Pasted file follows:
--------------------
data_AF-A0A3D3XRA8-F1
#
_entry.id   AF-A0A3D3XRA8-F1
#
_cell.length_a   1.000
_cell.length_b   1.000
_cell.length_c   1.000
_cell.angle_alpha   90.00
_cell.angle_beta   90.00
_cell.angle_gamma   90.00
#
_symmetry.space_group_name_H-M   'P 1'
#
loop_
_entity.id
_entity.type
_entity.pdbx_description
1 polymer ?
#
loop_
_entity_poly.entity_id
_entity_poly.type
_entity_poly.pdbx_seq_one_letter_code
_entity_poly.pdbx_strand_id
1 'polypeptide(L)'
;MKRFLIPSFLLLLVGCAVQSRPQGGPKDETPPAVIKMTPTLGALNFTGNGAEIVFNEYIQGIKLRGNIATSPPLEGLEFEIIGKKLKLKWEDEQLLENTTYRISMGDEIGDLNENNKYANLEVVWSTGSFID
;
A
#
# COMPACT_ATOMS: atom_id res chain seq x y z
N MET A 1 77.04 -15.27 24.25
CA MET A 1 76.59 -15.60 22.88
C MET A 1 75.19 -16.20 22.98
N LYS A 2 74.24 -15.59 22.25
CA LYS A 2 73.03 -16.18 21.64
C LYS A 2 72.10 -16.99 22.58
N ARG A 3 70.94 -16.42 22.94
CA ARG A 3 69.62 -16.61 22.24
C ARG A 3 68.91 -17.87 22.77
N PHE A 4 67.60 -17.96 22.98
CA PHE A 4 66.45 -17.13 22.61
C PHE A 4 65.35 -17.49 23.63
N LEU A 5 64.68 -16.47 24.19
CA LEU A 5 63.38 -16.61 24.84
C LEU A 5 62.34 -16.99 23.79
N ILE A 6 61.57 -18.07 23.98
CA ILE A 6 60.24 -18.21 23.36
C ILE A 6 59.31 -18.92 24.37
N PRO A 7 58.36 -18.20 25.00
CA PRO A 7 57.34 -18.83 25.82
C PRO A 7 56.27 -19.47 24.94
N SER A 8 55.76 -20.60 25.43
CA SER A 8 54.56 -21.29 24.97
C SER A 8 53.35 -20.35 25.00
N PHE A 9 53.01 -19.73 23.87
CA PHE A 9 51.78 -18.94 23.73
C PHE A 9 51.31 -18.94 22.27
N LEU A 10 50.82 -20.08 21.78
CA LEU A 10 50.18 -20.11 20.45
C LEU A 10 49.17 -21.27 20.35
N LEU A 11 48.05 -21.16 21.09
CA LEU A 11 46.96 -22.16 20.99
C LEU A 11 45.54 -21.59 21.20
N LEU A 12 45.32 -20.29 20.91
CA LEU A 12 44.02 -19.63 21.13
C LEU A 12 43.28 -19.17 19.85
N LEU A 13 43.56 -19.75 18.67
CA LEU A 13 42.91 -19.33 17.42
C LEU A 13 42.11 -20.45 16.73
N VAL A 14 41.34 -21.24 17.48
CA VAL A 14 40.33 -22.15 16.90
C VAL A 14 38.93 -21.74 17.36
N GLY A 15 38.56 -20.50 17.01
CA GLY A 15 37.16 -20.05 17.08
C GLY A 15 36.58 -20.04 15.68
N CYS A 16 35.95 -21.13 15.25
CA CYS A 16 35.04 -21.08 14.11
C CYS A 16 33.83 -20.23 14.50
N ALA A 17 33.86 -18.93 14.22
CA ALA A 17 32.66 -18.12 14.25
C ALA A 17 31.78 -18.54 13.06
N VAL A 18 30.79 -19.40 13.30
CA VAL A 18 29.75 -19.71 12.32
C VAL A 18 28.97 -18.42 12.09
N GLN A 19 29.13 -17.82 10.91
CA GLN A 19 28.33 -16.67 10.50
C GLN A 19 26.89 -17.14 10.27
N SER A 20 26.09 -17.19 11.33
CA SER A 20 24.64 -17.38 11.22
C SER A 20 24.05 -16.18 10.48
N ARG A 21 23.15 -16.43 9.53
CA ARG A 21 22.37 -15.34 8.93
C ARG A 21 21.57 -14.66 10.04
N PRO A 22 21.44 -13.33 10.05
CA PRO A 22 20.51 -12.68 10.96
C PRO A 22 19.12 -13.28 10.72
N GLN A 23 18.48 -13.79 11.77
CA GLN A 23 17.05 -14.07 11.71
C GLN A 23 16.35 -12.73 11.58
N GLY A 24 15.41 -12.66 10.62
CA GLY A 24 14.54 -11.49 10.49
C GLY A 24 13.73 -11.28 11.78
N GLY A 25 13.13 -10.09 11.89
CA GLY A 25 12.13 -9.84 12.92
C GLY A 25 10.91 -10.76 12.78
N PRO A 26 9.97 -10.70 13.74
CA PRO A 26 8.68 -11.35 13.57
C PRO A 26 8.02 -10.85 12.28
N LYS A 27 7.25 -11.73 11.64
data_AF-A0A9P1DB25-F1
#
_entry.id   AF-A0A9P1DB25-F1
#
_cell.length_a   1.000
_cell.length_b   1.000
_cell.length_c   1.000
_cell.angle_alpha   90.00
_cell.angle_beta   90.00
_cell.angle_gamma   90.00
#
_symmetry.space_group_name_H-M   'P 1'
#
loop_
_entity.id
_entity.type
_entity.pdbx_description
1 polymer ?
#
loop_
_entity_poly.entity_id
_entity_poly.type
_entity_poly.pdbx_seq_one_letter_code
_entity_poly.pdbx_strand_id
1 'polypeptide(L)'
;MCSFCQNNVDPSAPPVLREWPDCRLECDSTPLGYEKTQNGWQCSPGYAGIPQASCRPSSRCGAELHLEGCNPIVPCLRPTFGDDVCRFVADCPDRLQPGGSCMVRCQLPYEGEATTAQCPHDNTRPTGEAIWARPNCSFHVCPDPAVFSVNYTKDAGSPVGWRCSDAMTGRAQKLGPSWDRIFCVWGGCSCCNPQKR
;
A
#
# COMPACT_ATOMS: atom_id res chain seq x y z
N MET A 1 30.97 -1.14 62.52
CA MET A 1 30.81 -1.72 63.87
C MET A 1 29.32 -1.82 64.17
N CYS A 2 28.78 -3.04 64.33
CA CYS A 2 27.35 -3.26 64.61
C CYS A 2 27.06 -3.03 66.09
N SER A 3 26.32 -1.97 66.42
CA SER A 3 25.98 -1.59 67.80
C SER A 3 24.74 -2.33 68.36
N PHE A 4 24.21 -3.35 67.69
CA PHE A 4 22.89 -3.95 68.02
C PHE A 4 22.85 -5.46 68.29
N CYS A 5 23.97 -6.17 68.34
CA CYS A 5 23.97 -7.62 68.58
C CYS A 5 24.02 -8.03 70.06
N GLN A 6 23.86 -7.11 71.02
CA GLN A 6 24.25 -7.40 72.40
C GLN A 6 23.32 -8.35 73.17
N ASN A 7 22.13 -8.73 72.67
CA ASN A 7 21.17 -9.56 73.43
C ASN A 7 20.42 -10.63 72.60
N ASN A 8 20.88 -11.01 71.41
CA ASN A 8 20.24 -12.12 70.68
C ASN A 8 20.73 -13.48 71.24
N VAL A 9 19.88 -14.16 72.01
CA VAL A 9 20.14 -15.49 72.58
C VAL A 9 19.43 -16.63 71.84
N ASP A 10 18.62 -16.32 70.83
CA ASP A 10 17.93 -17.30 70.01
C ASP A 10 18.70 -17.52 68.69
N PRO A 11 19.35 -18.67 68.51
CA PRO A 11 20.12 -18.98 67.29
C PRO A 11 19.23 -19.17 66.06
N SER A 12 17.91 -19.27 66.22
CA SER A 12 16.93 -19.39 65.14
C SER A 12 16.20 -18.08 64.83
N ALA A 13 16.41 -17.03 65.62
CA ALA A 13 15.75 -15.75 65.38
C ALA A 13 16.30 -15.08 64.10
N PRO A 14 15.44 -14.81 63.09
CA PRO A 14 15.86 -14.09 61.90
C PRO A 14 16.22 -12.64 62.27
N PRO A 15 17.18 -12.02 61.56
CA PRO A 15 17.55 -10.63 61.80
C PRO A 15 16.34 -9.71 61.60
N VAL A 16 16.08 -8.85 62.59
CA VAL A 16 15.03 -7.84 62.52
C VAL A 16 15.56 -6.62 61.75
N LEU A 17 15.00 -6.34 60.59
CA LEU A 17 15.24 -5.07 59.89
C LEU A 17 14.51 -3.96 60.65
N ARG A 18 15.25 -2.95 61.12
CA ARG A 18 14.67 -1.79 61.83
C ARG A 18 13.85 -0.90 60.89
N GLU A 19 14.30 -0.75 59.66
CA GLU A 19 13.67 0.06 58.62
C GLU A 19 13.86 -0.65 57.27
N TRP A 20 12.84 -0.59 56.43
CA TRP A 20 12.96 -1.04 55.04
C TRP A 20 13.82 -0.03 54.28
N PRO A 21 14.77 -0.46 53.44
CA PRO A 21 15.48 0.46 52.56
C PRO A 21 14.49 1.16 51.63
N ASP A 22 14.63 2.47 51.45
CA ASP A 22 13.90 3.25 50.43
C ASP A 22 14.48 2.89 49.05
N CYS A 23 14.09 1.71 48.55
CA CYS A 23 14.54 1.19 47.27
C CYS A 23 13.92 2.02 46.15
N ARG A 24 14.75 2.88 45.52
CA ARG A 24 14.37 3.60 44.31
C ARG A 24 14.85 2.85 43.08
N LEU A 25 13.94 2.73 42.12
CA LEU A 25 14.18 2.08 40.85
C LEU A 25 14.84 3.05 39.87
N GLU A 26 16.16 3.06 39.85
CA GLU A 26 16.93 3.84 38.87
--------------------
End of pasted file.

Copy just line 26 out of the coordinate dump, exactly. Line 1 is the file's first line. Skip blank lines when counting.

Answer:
;MKRFLIPSFLLLLVGCAVQSRPQGGPKDETPPAVIKMTPTLGALNFTGNGAEIVFNEYIQGIKLRGNIATSPPLEGLEFEIIGKKLKLKWEDEQLLENTTYRISMGDEIGDLNENNKYANLEVVWSTGSFID